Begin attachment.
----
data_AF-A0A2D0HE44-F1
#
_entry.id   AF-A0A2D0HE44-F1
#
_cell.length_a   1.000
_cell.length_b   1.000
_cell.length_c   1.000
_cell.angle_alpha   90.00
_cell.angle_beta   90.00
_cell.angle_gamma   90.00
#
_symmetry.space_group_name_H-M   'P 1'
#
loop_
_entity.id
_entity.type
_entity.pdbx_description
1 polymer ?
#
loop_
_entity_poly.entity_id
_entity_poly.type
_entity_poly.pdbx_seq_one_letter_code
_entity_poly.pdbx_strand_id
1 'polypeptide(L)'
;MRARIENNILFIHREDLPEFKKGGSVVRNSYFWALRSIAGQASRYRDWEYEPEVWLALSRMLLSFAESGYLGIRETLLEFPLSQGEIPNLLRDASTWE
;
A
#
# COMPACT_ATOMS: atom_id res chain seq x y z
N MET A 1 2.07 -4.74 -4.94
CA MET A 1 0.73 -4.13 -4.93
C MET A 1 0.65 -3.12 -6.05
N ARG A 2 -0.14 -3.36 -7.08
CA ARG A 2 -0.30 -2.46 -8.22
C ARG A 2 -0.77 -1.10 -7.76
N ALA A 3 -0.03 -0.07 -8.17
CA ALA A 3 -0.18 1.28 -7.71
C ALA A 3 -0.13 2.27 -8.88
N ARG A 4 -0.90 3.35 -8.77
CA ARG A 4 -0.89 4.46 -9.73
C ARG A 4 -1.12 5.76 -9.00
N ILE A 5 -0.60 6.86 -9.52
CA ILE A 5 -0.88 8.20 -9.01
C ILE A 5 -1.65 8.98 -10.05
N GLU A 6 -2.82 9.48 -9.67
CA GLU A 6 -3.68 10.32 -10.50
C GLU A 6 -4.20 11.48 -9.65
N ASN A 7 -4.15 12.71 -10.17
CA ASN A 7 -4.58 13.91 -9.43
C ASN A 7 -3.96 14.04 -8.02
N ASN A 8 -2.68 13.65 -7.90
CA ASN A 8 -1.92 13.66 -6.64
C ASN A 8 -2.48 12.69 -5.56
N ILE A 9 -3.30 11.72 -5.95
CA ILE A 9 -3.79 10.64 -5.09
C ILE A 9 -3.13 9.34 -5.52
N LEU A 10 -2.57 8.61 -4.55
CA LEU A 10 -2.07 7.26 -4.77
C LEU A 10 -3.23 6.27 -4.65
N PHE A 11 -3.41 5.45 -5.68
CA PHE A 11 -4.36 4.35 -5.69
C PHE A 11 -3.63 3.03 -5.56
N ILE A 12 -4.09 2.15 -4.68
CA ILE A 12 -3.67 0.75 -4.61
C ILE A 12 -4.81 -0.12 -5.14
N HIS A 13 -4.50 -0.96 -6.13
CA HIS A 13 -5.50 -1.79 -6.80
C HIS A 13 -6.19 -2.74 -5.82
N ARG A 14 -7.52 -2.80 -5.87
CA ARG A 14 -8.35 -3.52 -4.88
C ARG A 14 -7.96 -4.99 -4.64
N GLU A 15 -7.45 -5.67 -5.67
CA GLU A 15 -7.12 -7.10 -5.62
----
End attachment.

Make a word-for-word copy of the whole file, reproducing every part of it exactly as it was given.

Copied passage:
data_AF-A0A2D0HE44-F1
#
_entry.id   AF-A0A2D0HE44-F1
#
_cell.length_a   1.000
_cell.length_b   1.000
_cell.length_c   1.000
_cell.angle_alpha   90.00
_cell.angle_beta   90.00
_cell.angle_gamma   90.00
#
_symmetry.space_group_name_H-M   'P 1'
#
loop_
_entity.id
_entity.type
_entity.pdbx_description
1 polymer ?
#
loop_
_entity_poly.entity_id
_entity_poly.type
_entity_poly.pdbx_seq_one_letter_code
_entity_poly.pdbx_strand_id
1 'polypeptide(L)'
;MRARIENNILFIHREDLPEFKKGGSVVRNSYFWALRSIAGQASRYRDWEYEPEVWLALSRMLLSFAESGYLGIRETLLEFPLSQGEIPNLLRDASTWE
;
A
#
# COMPACT_ATOMS: atom_id res chain seq x y z
N MET A 1 2.07 -4.74 -4.94
CA MET A 1 0.73 -4.13 -4.93
C MET A 1 0.65 -3.12 -6.05
N ARG A 2 -0.14 -3.36 -7.08
CA ARG A 2 -0.30 -2.46 -8.22
C ARG A 2 -0.77 -1.10 -7.76
N ALA A 3 -0.03 -0.07 -8.17
CA ALA A 3 -0.18 1.28 -7.71
C ALA A 3 -0.13 2.27 -8.88
N ARG A 4 -0.90 3.35 -8.77
CA ARG A 4 -0.89 4.46 -9.73
C ARG A 4 -1.12 5.76 -9.00
N ILE A 5 -0.60 6.86 -9.52
CA ILE A 5 -0.88 8.20 -9.01
C ILE A 5 -1.65 8.98 -10.05
N GLU A 6 -2.82 9.48 -9.67
CA GLU A 6 -3.68 10.32 -10.50
C GLU A 6 -4.20 11.48 -9.65
N ASN A 7 -4.15 12.71 -10.17
CA ASN A 7 -4.58 13.91 -9.43
C ASN A 7 -3.96 14.04 -8.02
N ASN A 8 -2.68 13.65 -7.90
CA ASN A 8 -1.92 13.66 -6.64
C ASN A 8 -2.48 12.69 -5.56
N ILE A 9 -3.30 11.72 -5.95
CA ILE A 9 -3.79 10.64 -5.09
C ILE A 9 -3.13 9.34 -5.52
N LEU A 10 -2.57 8.61 -4.55
CA LEU A 10 -2.07 7.26 -4.77
C LEU A 10 -3.23 6.27 -4.65
N PHE A 11 -3.41 5.45 -5.68
CA PHE A 11 -4.36 4.35 -5.69
C PHE A 11 -3.63 3.03 -5.56
N ILE A 12 -4.09 2.15 -4.68
CA ILE A 12 -3.67 0.75 -4.61
C ILE A 12 -4.81 -0.12 -5.14
N HIS A 13 -4.50 -0.96 -6.13
CA HIS A 13 -5.50 -1.79 -6.80
C HIS A 13 -6.19 -2.74 -5.82
N ARG A 14 -7.52 -2.80 -5.87
CA ARG A 14 -8.35 -3.52 -4.88
C ARG A 14 -7.96 -4.99 -4.64
N GLU A 15 -7.45 -5.67 -5.67
CA GLU A 15 -7.12 -7.10 -5.62